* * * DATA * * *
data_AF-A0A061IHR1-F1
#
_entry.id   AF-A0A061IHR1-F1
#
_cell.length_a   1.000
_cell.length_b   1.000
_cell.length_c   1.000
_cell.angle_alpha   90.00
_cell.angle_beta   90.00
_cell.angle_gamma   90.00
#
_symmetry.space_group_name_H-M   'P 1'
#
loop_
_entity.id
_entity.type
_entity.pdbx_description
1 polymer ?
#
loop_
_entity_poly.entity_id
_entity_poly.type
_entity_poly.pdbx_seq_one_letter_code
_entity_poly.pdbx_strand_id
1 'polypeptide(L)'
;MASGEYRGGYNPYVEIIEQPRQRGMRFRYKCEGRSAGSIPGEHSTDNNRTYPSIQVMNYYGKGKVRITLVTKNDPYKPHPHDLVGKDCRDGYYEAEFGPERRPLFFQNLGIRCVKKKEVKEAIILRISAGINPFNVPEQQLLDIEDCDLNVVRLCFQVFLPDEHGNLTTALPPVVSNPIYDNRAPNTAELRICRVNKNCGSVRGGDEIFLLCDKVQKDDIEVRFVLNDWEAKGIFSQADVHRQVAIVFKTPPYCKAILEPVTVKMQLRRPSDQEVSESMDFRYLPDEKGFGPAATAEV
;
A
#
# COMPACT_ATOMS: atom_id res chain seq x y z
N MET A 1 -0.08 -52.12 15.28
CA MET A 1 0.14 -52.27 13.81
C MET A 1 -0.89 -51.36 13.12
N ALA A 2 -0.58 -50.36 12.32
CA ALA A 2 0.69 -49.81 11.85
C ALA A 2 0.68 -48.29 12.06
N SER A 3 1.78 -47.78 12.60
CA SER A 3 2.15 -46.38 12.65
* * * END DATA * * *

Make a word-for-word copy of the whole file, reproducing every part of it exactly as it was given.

data_AF-A0A061IHR1-F1
#
_entry.id   AF-A0A061IHR1-F1
#
_cell.length_a   1.000
_cell.length_b   1.000
_cell.length_c   1.000
_cell.angle_alpha   90.00
_cell.angle_beta   90.00
_cell.angle_gamma   90.00
#
_symmetry.space_group_name_H-M   'P 1'
#
loop_
_entity.id
_entity.type
_entity.pdbx_description
1 polymer ?
#
loop_
_entity_poly.entity_id
_entity_poly.type
_entity_poly.pdbx_seq_one_letter_code
_entity_poly.pdbx_strand_id
1 'polypeptide(L)'
;MASGEYRGGYNPYVEIIEQPRQRGMRFRYKCEGRSAGSIPGEHSTDNNRTYPSIQVMNYYGKGKVRITLVTKNDPYKPHPHDLVGKDCRDGYYEAEFGPERRPLFFQNLGIRCVKKKEVKEAIILRISAGINPFNVPEQQLLDIEDCDLNVVRLCFQVFLPDEHGNLTTALPPVVSNPIYDNRAPNTAELRICRVNKNCGSVRGGDEIFLLCDKVQKDDIEVRFVLNDWEAKGIFSQADVHRQVAIVFKTPPYCKAILEPVTVKMQLRRPSDQEVSESMDFRYLPDEKGFGPAATAEV
;
A
#
# COMPACT_ATOMS: atom_id res chain seq x y z
N MET A 1 -0.08 -52.12 15.28
CA MET A 1 0.14 -52.27 13.81
C MET A 1 -0.89 -51.36 13.12
N ALA A 2 -0.58 -50.36 12.32
CA ALA A 2 0.69 -49.81 11.85
C ALA A 2 0.68 -48.29 12.06
N SER A 3 1.78 -47.78 12.60
CA SER A 3 2.15 -46.38 12.65